What actions should HR and business leaders take to curb mental harassment at work? Share your thoughts.
Blue is for boys and pink is for girls, the gender stereotype we need to do away with, because being a human being is about making choices, and gender has nothing to do with it
Blue is for boys and pink is for girls, the gender stereotype we need to do away with, because being a human being is about making choices, and gender has nothing to do with it.
The first time somebody mentioned about the boy-girl difference to me, I was around 8 and I never really understood. It did not come from my parents. It was an elderly waiter at an old drive inn. I wanted to buy a flute and I kept relentlessly whining for it. The waiter overheard me and told me that I cannot buy a flute. Apparently, that was reserved for boys. Instead, I was told, I must buy a kitchen set. To an oblivious 8-year-old, that sounded like a foreign language. I already had a kitchen set, and all my cousins including the boys were equally enthusiastic about a kitchen set as we sneakily made rotis in the backyard using a candle.
When I was a little older, in an argument with an unruly auto driver, when my sister protested at his unruliness, he told her, “Being a girl, you talk so much?”. I was fairly aware of this attitude, but when directly faced with a question like that, it made me really uncomfortable. At that point of time, it shocked me that he implied that girls aren’t meant to talk in a certain way.
Fortunately, I was spared at home from all the boy-girl riff raff.
Sometimes I even thought something was odd about my parents. Why were they so different from the conventional?
You would think, that mindsets evolve over a period of time.
Book worm, herbivore, animal welfare volunteer,compulsive archivist of memories & an idea hamster.
Mum to a human daughter & a canine son, also comfortably married to the love of her life calling the city of Bangalore read more...
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I wanted to scream with excitement that my daughter chose to write about her ambition and aspirations over everything else first. To me, this was one of those parenting 'win' moments.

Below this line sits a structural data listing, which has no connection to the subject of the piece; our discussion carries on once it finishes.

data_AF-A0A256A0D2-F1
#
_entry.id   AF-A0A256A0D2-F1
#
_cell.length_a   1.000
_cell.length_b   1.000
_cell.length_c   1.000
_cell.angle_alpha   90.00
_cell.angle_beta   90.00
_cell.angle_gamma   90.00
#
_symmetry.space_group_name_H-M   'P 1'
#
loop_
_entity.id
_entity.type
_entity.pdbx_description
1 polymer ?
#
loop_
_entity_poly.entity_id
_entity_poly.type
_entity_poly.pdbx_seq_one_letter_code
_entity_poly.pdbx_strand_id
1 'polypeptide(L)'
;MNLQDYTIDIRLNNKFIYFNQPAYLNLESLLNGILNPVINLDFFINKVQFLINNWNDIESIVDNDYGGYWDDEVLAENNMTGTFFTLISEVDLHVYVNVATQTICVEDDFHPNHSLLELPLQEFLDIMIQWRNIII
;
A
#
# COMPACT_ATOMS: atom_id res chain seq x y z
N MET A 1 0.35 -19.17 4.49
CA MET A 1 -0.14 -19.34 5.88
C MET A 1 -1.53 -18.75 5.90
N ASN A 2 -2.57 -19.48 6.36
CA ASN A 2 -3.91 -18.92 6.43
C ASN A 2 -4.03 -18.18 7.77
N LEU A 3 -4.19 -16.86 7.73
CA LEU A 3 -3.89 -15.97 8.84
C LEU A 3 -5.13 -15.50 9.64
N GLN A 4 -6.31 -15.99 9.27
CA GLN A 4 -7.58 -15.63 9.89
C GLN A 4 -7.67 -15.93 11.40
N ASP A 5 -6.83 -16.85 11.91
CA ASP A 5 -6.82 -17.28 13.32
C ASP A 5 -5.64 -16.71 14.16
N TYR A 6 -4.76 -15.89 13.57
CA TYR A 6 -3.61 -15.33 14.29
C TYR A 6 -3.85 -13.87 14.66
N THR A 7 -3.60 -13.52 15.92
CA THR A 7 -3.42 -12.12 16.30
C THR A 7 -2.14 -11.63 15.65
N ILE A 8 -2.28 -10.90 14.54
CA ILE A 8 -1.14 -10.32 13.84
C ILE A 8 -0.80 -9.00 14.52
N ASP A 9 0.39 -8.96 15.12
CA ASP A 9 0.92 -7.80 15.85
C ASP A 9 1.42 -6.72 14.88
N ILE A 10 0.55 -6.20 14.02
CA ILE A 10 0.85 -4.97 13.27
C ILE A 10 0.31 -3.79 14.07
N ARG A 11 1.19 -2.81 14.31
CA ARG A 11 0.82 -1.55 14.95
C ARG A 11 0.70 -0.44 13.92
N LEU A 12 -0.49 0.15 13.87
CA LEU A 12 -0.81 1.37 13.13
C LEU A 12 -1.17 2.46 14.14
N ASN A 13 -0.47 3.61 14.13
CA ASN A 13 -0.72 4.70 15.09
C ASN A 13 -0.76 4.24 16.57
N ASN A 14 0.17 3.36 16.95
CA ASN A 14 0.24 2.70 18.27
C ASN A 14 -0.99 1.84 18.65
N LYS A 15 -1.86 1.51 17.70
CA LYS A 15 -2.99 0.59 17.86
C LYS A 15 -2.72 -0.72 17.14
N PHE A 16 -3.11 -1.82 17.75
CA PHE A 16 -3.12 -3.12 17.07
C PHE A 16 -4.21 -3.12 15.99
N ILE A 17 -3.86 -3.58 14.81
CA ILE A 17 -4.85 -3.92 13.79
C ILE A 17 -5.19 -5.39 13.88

My daughter turned eight years old in January, and among the various gifts she received from friends and family was an absolutely beautiful personal journal for self-growth. A few days ago, she was exploring the pages when she found a section for writing a letter to her future self. She found this intriguing and began jotting down her thoughts animatedly.
My curiosity piqued and she could sense it immediately. She assured me that she would show me the letter soon, and lo behold, she kept her word.
I glanced at her words, expecting to see a mention of her parents in the first sentence. But, to my utter delight, the first thing she had written about was her AMBITION. Yes, the caps here are intentional because I want to scream with excitement that my daughter chose to write about her ambition and aspirations over everything else first. To me, this was one of those parenting ‘win’ moments.
Uorfi Javed has been making waves through social media, and is often the target of trolls. So who and what exactly is this intriguing young woman?
Uorfi Javed (no relation to Javed Akhtar) is a name that crops up in my news feeds every now and again. It is usually because she got trolled for being in some or other ‘daring’ outfit and then posting those images on social media. If I were asked, I would not be able to name a single other reason why she is famous. I am told that she is an actor but I would have no frankly no clue about her body of work (pun wholly unintended).
So is Urfi Javed (or Uorfi Javed as she prefers) famous only for being famous? How does she impact the cause of feminism by permitting herself to be objectified, trolled, reviled?
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